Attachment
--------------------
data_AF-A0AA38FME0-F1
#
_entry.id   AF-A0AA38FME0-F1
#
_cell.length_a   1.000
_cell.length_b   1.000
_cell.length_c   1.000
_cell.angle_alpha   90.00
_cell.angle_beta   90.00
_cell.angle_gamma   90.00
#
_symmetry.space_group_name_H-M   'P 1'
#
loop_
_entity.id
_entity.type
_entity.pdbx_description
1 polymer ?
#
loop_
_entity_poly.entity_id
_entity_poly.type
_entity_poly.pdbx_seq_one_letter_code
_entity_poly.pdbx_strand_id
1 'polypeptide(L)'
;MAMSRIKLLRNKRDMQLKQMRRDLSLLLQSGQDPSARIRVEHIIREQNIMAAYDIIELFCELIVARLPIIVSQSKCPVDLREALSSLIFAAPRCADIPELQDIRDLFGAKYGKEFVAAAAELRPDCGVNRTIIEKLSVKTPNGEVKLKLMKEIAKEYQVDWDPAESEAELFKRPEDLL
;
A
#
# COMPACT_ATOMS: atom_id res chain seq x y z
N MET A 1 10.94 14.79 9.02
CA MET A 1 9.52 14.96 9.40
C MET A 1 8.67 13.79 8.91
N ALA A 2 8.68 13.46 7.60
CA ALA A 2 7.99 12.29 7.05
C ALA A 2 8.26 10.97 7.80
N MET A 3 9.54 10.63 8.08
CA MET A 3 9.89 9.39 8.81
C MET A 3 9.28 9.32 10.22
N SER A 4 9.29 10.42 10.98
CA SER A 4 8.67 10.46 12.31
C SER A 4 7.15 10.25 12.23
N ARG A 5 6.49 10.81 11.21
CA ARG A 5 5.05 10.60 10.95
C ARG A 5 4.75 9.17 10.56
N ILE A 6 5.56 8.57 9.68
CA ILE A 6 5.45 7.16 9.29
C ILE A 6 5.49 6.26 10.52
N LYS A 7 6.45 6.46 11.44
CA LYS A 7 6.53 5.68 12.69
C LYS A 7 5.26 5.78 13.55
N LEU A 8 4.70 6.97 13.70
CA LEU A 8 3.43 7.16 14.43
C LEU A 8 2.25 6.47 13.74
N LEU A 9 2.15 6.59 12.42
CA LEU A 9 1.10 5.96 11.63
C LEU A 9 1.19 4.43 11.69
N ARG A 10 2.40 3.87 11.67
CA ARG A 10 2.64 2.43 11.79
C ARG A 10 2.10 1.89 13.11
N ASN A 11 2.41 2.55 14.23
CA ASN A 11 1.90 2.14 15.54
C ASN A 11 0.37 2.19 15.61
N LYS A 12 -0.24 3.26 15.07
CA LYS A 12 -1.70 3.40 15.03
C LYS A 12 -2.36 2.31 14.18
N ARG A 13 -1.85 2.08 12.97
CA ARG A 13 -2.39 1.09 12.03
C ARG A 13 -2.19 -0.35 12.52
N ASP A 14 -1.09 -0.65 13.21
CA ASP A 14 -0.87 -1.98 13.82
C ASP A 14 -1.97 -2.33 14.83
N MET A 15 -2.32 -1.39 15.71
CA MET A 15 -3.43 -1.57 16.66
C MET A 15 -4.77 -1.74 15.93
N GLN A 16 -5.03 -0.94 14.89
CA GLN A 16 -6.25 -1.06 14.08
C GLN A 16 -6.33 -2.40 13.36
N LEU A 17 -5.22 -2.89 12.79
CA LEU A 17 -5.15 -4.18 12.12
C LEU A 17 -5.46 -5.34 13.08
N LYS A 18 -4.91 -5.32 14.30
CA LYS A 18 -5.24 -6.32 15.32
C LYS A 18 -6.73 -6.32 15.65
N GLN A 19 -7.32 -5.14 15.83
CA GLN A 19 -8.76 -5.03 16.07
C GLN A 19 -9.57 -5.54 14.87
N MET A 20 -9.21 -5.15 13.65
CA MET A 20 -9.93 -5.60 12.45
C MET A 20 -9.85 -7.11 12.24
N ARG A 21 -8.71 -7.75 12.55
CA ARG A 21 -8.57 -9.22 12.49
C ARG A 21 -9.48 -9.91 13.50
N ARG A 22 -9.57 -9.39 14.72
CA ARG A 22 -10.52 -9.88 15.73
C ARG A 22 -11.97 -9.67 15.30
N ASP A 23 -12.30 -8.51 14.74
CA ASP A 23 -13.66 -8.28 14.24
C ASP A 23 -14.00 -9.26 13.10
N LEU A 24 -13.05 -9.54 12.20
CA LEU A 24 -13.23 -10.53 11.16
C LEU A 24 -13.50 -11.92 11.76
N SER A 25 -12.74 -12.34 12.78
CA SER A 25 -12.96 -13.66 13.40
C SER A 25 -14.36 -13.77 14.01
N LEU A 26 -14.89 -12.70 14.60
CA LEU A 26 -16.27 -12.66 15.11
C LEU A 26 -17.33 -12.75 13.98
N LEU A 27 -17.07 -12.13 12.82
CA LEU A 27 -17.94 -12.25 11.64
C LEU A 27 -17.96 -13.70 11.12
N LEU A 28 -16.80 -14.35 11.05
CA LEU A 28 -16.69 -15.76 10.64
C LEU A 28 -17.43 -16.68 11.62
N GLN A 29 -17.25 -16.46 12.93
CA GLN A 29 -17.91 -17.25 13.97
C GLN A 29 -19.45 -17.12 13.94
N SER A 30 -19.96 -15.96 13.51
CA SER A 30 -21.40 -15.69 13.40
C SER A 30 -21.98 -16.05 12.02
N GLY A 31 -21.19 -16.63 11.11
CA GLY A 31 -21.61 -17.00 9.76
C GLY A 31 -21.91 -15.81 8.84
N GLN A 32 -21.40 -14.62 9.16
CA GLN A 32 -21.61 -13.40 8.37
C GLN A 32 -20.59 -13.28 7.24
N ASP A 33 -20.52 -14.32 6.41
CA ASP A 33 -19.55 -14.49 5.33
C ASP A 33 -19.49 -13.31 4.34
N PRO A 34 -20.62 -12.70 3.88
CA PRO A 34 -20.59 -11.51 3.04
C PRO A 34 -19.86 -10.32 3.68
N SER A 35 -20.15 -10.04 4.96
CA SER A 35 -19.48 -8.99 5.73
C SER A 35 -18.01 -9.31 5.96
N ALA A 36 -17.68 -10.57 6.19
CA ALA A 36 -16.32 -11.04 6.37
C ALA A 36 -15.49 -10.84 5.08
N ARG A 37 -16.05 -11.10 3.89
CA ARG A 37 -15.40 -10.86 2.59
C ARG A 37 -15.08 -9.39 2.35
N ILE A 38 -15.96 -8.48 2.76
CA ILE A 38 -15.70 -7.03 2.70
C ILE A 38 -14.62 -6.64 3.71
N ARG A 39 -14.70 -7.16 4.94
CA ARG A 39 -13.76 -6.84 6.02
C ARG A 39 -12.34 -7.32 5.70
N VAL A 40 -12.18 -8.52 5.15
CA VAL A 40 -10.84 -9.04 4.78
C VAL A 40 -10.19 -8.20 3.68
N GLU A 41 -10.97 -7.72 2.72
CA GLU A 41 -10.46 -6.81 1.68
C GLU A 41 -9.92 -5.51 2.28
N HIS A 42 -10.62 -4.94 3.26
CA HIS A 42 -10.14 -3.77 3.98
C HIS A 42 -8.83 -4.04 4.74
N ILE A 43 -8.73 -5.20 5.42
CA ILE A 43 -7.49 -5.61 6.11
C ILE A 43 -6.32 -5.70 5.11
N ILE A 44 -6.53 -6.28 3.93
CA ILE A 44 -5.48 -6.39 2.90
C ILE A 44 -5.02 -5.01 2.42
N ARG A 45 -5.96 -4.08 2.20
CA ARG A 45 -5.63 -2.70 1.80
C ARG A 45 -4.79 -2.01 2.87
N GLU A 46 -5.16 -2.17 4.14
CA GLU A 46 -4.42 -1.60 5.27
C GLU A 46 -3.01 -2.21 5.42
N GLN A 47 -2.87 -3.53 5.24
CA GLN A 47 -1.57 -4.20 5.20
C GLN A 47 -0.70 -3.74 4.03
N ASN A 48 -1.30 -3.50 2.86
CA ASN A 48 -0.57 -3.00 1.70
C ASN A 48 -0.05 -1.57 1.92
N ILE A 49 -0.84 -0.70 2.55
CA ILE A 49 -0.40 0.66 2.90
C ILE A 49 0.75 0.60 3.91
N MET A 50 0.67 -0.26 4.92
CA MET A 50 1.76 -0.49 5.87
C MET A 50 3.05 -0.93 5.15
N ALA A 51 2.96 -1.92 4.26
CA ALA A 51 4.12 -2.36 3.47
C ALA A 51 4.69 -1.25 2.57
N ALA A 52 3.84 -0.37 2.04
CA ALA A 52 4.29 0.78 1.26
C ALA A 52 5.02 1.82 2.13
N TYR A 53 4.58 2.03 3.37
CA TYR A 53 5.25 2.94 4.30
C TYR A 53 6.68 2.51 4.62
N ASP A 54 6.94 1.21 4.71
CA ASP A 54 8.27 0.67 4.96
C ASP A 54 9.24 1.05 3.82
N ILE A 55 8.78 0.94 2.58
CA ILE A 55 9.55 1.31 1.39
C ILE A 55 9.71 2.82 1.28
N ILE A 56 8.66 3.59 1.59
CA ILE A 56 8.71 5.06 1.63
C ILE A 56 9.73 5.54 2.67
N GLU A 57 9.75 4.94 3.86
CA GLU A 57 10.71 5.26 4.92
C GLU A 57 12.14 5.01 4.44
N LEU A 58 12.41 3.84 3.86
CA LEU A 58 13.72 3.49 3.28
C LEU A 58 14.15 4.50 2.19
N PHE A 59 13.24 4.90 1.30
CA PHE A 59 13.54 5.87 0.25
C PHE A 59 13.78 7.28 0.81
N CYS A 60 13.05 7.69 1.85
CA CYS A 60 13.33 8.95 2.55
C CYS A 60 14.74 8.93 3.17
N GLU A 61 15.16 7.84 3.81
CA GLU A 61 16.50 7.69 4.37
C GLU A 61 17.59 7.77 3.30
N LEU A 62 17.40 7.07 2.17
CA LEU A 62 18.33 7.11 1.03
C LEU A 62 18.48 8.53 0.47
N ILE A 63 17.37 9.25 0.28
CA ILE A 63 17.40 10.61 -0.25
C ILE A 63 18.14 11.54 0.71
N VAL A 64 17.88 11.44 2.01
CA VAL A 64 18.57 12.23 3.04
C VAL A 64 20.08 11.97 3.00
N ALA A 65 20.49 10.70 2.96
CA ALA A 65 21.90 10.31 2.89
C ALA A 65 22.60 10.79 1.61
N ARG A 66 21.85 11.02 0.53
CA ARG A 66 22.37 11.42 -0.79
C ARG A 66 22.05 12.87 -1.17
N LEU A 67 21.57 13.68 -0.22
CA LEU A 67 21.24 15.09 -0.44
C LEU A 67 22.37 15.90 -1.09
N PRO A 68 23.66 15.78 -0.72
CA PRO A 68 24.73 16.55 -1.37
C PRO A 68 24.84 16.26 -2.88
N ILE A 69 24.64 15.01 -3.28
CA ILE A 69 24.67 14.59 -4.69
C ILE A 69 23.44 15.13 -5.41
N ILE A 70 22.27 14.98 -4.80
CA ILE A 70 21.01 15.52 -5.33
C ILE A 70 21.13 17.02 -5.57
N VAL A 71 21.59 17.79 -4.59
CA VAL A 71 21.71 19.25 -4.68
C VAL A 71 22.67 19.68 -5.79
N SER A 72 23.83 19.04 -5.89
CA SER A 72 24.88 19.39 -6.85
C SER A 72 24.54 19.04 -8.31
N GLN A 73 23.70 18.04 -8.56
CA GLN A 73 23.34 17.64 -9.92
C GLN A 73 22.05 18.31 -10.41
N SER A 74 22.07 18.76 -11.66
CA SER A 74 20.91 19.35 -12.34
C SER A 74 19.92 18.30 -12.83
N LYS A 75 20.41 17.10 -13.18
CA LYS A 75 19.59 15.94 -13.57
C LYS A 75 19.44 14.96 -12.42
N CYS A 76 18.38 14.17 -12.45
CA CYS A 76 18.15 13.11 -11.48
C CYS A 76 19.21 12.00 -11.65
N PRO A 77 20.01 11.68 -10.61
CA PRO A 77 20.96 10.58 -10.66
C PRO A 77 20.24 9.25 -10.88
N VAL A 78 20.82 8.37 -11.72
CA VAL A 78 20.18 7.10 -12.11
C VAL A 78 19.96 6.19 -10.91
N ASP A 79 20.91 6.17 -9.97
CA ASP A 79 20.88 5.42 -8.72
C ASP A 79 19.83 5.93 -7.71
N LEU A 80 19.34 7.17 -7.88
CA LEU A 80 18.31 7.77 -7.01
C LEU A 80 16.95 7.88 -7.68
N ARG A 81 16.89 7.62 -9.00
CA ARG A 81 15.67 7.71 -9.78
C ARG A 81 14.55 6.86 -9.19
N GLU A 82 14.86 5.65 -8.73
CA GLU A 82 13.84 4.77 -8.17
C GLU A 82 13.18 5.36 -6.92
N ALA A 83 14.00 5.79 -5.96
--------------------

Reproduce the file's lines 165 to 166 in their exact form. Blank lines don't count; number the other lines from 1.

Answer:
C ARG A 45 -4.79 -2.01 2.87
N GLU A 46 -5.16 -2.17 4.14